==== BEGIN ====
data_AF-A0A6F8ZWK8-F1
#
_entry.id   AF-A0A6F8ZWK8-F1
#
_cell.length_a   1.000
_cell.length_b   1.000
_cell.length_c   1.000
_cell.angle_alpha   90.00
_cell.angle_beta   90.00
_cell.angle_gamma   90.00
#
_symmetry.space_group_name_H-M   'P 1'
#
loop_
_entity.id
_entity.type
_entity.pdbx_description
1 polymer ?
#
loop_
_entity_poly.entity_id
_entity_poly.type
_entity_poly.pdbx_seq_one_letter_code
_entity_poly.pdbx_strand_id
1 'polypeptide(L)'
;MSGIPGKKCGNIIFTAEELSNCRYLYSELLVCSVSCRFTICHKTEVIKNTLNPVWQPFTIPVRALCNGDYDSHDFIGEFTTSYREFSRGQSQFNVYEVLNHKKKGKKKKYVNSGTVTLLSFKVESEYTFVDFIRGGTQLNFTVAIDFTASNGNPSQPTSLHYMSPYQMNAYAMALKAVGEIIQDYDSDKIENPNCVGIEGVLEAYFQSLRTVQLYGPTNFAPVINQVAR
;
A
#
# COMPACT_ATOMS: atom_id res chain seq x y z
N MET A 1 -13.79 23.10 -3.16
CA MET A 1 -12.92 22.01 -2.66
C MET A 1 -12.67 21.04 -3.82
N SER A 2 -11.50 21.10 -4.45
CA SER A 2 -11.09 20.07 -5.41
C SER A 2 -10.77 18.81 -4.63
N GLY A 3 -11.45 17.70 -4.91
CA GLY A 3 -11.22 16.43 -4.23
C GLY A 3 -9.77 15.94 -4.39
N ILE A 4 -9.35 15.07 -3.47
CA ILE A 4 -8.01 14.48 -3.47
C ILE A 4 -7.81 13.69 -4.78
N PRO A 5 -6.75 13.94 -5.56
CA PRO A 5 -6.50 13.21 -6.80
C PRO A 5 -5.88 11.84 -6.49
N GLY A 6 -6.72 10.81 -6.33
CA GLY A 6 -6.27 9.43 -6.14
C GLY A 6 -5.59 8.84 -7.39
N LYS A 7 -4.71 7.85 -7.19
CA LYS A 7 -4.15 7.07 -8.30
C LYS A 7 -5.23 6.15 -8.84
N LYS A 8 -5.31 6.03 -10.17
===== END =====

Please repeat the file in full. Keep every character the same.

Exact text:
data_AF-A0A6F8ZWK8-F1
#
_entry.id   AF-A0A6F8ZWK8-F1
#
_cell.length_a   1.000
_cell.length_b   1.000
_cell.length_c   1.000
_cell.angle_alpha   90.00
_cell.angle_beta   90.00
_cell.angle_gamma   90.00
#
_symmetry.space_group_name_H-M   'P 1'
#
loop_
_entity.id
_entity.type
_entity.pdbx_description
1 polymer ?
#
loop_
_entity_poly.entity_id
_entity_poly.type
_entity_poly.pdbx_seq_one_letter_code
_entity_poly.pdbx_strand_id
1 'polypeptide(L)'
;MSGIPGKKCGNIIFTAEELSNCRYLYSELLVCSVSCRFTICHKTEVIKNTLNPVWQPFTIPVRALCNGDYDSHDFIGEFTTSYREFSRGQSQFNVYEVLNHKKKGKKKKYVNSGTVTLLSFKVESEYTFVDFIRGGTQLNFTVAIDFTASNGNPSQPTSLHYMSPYQMNAYAMALKAVGEIIQDYDSDKIENPNCVGIEGVLEAYFQSLRTVQLYGPTNFAPVINQVAR
;
A
#
# COMPACT_ATOMS: atom_id res chain seq x y z
N MET A 1 -13.79 23.10 -3.16
CA MET A 1 -12.92 22.01 -2.66
C MET A 1 -12.67 21.04 -3.82
N SER A 2 -11.50 21.10 -4.45
CA SER A 2 -11.09 20.07 -5.41
C SER A 2 -10.77 18.81 -4.63
N GLY A 3 -11.45 17.70 -4.91
CA GLY A 3 -11.22 16.43 -4.23
C GLY A 3 -9.77 15.94 -4.39
N ILE A 4 -9.35 15.07 -3.47
CA ILE A 4 -8.01 14.48 -3.47
C ILE A 4 -7.81 13.69 -4.78
N PRO A 5 -6.75 13.94 -5.56
CA PRO A 5 -6.50 13.21 -6.80
C PRO A 5 -5.88 11.84 -6.49
N GLY A 6 -6.72 10.81 -6.33
CA GLY A 6 -6.27 9.43 -6.14
C GLY A 6 -5.59 8.84 -7.39
N LYS A 7 -4.71 7.85 -7.19
CA LYS A 7 -4.15 7.07 -8.30
C LYS A 7 -5.23 6.15 -8.84
N LYS A 8 -5.31 6.03 -10.17